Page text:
CALGARY, Alberta, Feb. 27, 2019 (GLOBE NEWSWIRE) -- Alberta’s carbon tax is unlikely to meaningfully reduce global carbon emissions but could send industry and jobs to competing jurisdictions, finds a new study released today by the Fraser Institute, an independent, non-partisan Canadian policy think-tank.

“Even if you agree that pricing carbon is the most effective way to reduce emissions, Alberta’s carbon tax is flawed and will likely fail to deliver the promised results,” said Robert P. Murphy, Fraser Institute senior fellow and author of Carbon Pricing in Alberta.

In 2015, the Alberta government introduced its Climate Leadership Plan, which includes an expected tax on carbon of $30/tonne next year rising to $50/tonne in 2022. Crucially, this carbon tax will likely not produce the theoretical benefits of a well-designed carbon-pricing scheme for several important reasons:

  • A local carbon tax—such as one at the provincial level—increases the likelihood of “leakage,” wherein industry taxed in one jurisdiction moves to another tax-free jurisdiction and continues emitting there, taking jobs and investment with it. In this scenario, Albertans suffer the economic pain of higher energy prices, but global emissions stay the same, or even increase as a result of higher transportation emissions.
  • Alberta’s carbon tax doesn’t replace existing regulations, which distort the market pressures a tax would place on emissions.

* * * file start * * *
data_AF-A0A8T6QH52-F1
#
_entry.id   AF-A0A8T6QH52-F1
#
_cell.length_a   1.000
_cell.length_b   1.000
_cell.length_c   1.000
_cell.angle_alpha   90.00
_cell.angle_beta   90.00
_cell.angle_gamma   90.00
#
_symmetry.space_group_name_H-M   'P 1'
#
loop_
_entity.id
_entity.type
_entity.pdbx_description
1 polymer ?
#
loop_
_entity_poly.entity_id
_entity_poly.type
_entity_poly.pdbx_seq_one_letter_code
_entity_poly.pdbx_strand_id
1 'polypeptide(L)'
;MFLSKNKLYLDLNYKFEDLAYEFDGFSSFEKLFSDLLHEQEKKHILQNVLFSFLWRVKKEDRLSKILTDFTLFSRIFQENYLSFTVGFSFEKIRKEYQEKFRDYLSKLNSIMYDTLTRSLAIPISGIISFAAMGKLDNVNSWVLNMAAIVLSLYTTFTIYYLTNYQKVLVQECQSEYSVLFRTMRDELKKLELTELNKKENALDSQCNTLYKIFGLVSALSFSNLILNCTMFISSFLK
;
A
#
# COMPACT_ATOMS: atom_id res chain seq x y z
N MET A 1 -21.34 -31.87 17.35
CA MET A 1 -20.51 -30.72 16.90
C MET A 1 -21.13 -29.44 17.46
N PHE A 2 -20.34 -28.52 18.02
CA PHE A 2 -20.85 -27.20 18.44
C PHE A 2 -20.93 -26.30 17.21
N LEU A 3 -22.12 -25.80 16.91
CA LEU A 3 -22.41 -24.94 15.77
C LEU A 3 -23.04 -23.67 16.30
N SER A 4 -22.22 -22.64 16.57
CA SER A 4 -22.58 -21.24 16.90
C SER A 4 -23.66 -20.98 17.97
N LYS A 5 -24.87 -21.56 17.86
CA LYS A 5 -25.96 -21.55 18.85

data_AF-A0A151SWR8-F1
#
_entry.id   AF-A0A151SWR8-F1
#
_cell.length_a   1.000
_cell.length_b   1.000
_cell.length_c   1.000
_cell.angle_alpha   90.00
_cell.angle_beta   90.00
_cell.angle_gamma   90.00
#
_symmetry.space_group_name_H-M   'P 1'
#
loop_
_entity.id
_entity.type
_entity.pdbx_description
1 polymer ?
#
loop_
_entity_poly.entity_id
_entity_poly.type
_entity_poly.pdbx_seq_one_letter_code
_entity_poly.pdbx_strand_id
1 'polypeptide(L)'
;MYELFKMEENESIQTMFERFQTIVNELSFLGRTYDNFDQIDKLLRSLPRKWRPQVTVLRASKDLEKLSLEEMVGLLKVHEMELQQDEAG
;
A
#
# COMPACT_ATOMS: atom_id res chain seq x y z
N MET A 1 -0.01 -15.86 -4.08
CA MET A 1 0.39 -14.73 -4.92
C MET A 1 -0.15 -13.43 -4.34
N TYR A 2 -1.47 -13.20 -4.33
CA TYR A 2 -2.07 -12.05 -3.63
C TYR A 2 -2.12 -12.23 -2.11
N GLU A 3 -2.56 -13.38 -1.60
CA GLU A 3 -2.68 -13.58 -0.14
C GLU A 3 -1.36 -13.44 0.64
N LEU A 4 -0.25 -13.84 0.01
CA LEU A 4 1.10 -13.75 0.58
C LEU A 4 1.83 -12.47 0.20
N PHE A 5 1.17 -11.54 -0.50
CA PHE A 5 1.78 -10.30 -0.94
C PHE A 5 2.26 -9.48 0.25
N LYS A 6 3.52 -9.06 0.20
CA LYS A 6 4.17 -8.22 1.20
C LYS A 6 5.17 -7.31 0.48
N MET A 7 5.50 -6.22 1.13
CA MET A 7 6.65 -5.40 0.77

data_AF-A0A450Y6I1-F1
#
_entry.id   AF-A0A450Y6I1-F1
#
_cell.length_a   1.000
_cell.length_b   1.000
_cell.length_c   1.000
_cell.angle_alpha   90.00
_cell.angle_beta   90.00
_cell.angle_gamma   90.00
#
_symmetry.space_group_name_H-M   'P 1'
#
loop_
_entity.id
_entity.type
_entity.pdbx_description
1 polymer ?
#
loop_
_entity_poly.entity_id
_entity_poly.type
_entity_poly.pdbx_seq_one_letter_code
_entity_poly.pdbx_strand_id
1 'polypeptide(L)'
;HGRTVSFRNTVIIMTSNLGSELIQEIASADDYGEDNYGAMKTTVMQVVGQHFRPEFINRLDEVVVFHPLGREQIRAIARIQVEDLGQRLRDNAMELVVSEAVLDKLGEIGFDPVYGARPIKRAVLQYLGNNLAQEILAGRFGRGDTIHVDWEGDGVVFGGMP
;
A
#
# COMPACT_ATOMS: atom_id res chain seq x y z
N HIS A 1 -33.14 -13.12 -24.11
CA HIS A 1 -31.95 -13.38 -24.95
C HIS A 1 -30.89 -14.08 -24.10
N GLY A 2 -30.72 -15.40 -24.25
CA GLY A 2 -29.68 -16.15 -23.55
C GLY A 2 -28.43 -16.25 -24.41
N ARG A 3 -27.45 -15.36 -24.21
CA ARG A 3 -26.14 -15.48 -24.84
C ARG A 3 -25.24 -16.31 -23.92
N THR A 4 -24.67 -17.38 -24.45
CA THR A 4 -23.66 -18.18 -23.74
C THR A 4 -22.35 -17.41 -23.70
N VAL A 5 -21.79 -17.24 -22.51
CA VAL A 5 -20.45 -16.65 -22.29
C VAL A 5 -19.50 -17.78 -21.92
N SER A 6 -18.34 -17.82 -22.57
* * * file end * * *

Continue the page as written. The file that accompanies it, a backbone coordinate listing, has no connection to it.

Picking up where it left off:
• Despite government claims, Alberta’s carbon tax is not revenue neutral—that is, revenue generated by the tax is used to subsidize other so-called “green” initiatives rather than freeing up fiscal room to reduce personal and/or corporate income taxes.
  • For carbon-pricing schemes to work efficiently, governments cannot subsidize substitutes for carbon-emitting activities such as solar and wind power. The idea of the carbon pricing is to allow the pricing mechanism rather than government subsidies to pick energy winners and losers.

“The market must be allowed to operate as a force on emissions, if a carbon tax is going to work theoretically, but as it stands now, the Alberta carbon tax is primarily a revenue tool for government that will likely fail to achieve its stated goals,” Murphy said.

MEDIA CONTACT:
Robert P. Murphy, Senior Fellow
Fraser Institute

To arrange media interviews or for more information, please contact:
Bryn Weese, Senior Media Relations Specialist, Fraser Institute
Tel: (604) 688-0221 ext. 589
E-mail: bryn.weese@fraserinstitute.org

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The Fraser Institute is an independent Canadian public policy research and educational organization with offices in Vancouver, Calgary, Toronto, and Montreal and ties to a global network of think-tanks in 87 countries. Its mission is to improve the quality of life for Canadians, their families and future generations by studying, measuring and broadly communicating the effects of government policies, entrepreneurship and choice on their well-being. To protect the Institute’s independence, it does not accept grants from governments or contracts for research. Visit www.fraserinstitute.org